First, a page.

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Are the Japanese Selfish, Altruistic, or Dynastic?

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  • Charles Yuji Horioka

    (Institute of Social and Economic Research, Osaka University)

Abstract

In this paper, I analyze a variety of evidence for Japan and, where available, for the United States on bequest practices, on the importance and nature of bequest motives, on bequest division, on the willingness of individuals to help others, etc., in order to shed light on which model of household behavior applies in the two countries. My results suggest that the selfish life cycle model is the dominant model of household behavior in both countries but that it is far more applicable in Japan than it is in the U.S., that the dynasty model is also more applicable in Japan than it is in the U.S. but that it is not of dominant importance even in Japan, and conversely, that the altruism model is far more applicable in the U.S. than it is in Japan.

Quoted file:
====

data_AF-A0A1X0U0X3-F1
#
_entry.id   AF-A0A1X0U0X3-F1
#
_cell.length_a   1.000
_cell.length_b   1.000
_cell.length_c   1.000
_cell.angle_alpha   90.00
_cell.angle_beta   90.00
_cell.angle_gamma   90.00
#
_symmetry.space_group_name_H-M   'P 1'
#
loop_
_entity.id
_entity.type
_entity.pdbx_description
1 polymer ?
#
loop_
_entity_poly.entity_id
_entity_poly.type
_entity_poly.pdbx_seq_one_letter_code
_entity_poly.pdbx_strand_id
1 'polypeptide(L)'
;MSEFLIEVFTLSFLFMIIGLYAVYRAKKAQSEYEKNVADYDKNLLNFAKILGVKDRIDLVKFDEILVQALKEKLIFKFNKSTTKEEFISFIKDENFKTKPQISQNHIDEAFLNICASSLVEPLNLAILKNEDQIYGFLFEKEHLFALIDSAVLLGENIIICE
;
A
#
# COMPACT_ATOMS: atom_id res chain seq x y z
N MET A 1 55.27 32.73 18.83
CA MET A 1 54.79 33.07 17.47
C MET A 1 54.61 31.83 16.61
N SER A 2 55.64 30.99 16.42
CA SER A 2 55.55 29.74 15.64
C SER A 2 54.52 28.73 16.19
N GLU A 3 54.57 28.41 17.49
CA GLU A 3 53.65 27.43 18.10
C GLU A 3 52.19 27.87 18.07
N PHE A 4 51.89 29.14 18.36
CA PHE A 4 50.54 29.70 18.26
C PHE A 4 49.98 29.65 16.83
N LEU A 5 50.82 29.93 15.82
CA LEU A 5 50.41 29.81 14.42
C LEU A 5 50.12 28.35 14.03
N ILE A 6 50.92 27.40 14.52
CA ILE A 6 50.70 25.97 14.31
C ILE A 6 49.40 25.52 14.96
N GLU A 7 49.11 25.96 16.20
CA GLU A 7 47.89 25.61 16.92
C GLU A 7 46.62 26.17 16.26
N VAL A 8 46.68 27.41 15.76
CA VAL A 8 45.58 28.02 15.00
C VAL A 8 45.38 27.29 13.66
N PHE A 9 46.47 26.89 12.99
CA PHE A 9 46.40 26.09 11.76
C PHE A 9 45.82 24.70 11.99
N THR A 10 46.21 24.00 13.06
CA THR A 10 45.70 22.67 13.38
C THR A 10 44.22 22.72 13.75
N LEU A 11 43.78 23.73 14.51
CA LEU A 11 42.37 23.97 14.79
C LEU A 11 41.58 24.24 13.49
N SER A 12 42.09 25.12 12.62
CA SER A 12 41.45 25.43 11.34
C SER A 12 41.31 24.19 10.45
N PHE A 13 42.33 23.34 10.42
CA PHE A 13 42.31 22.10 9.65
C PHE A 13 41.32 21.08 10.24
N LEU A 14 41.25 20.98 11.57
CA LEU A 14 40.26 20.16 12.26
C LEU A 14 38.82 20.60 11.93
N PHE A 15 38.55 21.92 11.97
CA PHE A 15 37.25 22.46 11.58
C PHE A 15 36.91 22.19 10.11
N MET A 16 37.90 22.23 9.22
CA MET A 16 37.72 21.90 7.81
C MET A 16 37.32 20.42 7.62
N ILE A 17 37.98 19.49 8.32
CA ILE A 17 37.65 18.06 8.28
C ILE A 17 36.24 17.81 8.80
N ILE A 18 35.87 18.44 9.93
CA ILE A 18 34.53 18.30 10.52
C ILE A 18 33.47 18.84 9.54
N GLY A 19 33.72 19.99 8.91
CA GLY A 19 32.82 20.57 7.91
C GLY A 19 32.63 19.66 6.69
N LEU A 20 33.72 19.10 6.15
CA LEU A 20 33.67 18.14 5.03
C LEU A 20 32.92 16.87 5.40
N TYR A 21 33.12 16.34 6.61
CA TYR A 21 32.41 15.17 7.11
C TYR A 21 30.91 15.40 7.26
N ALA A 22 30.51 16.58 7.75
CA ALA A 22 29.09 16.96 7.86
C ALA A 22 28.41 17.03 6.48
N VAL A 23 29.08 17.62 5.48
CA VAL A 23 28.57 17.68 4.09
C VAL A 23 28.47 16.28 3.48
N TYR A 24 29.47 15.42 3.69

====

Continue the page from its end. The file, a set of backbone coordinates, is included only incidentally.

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Paper provided by CIRJE, Faculty of Economics, University of Tokyo in its series CIRJE F-Series with number CIRJE-F-134.

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Length: 49 pages
Date of creation: Oct 2001
Date of revision:
Handle: RePEc:tky:fseres:2001cf134

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